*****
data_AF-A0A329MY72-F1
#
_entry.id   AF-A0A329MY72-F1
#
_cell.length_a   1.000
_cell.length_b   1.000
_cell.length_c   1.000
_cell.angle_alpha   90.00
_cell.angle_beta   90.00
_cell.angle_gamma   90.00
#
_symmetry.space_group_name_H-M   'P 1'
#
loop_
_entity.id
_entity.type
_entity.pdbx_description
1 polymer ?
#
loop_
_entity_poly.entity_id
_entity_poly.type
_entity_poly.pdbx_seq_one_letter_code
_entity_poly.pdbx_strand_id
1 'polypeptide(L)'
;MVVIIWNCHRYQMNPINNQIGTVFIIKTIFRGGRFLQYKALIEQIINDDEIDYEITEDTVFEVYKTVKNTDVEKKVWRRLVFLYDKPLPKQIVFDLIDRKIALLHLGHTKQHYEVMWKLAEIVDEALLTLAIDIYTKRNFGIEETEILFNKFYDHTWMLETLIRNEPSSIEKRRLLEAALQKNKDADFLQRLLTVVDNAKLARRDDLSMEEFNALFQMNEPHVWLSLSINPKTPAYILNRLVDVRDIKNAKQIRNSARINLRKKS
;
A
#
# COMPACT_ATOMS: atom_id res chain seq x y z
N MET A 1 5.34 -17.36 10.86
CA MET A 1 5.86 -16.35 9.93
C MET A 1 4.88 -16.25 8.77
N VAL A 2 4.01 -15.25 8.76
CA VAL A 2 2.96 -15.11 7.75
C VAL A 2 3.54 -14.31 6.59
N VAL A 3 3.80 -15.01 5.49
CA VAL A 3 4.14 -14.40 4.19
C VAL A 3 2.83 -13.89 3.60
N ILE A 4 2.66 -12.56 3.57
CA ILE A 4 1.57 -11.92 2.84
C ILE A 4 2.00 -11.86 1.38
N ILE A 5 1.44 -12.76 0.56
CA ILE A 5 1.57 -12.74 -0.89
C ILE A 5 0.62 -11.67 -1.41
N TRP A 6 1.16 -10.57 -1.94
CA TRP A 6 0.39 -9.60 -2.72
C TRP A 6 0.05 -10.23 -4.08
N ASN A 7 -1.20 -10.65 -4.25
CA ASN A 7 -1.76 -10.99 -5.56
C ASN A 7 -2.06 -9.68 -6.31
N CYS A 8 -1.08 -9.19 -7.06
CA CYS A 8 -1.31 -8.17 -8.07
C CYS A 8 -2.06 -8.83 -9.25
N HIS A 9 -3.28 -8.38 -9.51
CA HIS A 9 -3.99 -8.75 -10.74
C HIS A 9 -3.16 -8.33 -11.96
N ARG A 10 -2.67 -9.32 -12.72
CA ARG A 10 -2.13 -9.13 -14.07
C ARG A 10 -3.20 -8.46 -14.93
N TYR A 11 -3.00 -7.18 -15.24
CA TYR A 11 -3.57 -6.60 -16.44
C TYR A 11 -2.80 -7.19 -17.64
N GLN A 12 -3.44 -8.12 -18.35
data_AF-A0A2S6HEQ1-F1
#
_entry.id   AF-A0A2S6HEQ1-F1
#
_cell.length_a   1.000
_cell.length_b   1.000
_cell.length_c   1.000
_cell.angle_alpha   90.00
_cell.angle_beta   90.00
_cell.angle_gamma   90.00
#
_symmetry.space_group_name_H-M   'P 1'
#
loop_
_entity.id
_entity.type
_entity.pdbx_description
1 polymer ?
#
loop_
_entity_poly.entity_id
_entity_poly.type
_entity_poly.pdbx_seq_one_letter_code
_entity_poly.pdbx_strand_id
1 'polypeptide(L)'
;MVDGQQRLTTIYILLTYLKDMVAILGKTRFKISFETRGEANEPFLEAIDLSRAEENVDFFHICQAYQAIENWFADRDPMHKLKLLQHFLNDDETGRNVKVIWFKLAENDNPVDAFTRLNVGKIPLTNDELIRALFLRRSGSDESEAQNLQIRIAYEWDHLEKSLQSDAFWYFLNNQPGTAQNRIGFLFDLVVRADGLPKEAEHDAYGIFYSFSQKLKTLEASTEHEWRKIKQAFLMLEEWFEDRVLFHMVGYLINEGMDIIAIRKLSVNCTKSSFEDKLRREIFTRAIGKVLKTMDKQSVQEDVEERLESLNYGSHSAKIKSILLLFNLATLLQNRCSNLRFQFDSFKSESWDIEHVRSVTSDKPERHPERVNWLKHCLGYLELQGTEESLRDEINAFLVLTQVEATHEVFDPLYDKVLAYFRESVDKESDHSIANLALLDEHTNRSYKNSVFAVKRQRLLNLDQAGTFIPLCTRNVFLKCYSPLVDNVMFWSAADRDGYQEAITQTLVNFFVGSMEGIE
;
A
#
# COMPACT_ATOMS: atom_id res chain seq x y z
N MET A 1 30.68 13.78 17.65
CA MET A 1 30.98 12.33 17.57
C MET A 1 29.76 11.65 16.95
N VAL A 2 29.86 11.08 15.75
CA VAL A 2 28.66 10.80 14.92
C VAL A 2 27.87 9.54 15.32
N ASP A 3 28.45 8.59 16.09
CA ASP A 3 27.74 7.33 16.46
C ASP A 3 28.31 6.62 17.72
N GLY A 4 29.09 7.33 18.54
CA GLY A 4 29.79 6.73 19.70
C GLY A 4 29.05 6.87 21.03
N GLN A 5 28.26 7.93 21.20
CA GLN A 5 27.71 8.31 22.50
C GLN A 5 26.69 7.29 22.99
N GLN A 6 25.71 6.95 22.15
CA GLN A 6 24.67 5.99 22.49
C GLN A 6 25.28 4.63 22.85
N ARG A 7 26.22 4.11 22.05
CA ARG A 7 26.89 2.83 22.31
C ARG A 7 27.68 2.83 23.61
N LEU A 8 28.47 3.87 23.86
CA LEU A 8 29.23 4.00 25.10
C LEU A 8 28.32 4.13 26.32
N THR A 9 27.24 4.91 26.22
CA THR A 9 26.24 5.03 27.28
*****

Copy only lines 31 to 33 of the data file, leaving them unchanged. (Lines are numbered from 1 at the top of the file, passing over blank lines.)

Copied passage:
N MET A 1 5.34 -17.36 10.86
CA MET A 1 5.86 -16.35 9.93
C MET A 1 4.88 -16.25 8.77